After a year messing with other stuff, I finally got back to working on the FPGA implementation of the IBM 1410. With the CPU work essentially done, yet no peripherals, the issue to tackle was how to test the CPU – with no way to load diagnostics.
The solution I came up with was to take memory images I had generated (and could continue to generate) of diagnostics loaded into core (which are generally restartable at location 1) and load them into the FPGA.
Since I didn’t want to integrate this additional “feature” into the existing 1410 memory logic, I chose instead to implement dual port VHDL RAM memory that is underlying what the CPU things of as core, so I could load stuff into it. I then wrote a simple state machine using the existing multi-facet UART interface hardware (which also handles things like console I/O, lights and switches between the FPGA and the PC running the console program) so that it could load memory images from my existing 1410 Simulator. In so doing, I had to swap the top two bits – the simulator has the WM has the high order bit and the C bit as the next lower bit, whereas the FPGA has the C bit as the high order bit.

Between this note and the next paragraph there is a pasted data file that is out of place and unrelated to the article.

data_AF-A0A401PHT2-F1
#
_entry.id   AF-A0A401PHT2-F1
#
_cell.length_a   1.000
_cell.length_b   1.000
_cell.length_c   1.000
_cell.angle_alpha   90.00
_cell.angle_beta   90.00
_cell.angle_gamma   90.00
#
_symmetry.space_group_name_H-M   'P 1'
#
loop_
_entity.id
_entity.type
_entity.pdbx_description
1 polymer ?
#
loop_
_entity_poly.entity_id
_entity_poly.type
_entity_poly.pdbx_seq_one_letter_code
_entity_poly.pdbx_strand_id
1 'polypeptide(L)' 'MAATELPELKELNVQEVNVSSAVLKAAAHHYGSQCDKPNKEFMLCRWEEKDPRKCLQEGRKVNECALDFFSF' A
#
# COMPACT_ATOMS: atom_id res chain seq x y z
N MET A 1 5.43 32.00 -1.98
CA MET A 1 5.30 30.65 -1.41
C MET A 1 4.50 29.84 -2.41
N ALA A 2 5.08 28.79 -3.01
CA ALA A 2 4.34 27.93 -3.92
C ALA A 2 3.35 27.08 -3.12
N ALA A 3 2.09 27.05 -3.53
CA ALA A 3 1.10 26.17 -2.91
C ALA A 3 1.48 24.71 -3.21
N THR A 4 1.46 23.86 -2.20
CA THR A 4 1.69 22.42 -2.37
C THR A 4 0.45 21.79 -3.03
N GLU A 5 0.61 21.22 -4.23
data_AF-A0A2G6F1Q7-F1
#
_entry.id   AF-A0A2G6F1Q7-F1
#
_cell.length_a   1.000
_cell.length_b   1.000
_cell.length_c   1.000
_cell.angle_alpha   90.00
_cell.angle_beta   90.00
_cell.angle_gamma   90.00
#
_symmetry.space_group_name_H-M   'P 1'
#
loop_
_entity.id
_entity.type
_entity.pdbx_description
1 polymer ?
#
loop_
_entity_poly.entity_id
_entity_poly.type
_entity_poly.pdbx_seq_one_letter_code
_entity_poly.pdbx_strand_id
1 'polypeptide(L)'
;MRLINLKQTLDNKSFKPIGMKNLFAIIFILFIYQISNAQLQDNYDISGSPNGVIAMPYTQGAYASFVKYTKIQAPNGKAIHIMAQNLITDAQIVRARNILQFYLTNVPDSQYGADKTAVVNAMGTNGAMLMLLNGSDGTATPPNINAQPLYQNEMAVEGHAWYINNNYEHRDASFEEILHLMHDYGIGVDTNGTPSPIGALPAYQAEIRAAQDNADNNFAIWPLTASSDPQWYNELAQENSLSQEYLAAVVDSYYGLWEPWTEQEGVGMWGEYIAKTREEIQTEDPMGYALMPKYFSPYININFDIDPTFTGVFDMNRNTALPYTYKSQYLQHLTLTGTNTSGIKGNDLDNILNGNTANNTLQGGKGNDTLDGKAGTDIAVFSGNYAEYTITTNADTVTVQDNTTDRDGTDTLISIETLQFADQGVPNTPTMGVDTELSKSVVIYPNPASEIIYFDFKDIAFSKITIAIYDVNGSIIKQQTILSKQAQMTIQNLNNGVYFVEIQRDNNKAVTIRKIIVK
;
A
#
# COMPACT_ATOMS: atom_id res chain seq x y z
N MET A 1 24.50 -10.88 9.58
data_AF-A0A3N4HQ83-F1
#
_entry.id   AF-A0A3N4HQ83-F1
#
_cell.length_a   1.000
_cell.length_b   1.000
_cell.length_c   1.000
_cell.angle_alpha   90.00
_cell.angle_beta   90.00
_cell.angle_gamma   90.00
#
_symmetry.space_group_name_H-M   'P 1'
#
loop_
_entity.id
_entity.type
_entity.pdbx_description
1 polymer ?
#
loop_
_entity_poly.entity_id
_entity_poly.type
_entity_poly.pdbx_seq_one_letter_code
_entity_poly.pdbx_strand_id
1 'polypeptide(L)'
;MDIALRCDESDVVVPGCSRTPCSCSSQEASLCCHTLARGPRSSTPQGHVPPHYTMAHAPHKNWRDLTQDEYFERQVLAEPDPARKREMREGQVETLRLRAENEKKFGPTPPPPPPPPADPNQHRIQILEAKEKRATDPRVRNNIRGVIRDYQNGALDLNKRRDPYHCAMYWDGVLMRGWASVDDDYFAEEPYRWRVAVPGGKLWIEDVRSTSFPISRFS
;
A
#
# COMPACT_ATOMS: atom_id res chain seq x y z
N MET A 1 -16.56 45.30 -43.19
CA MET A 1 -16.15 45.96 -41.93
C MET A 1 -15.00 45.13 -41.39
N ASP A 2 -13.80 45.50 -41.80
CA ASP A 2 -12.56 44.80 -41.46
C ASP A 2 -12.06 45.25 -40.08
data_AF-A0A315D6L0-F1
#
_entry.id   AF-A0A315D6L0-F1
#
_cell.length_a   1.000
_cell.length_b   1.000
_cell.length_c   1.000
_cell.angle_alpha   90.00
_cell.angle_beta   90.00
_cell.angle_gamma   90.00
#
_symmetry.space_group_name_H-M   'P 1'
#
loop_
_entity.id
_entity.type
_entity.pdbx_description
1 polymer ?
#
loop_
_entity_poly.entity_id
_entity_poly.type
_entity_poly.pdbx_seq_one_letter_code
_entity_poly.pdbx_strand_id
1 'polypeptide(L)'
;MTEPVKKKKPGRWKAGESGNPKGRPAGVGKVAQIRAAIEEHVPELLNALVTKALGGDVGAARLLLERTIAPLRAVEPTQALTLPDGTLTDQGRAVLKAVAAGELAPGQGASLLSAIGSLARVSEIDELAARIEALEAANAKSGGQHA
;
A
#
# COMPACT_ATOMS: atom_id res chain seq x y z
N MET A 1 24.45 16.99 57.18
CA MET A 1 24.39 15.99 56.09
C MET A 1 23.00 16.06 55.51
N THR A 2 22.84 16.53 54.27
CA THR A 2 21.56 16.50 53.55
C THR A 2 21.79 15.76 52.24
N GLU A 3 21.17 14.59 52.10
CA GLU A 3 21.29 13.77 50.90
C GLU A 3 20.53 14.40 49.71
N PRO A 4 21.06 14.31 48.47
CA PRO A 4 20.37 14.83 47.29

This turned to be a bit easier than I expected to pull of, and after a week or so of effort, it is now in place.
Loading up the main CPU diagnostic, CU01, it did not get all that far. The Subtract instruction has an issue where it isn’t placing the sign bit over the B field (result) units position – at least it is not doing so when the result sign is different from the original sign. Presumably an error in entering the information from an ALD or a signal misconnection. I suppose it could be the kind of thing that might have happened in the factory during the construction of a real IBM1410 where something was amiss.
Fortunately I can easily reproduce this problem under the Vivado simulator, which provides what amounts to a mult-hundred probe logic analyzer, and am using that to track down the problem.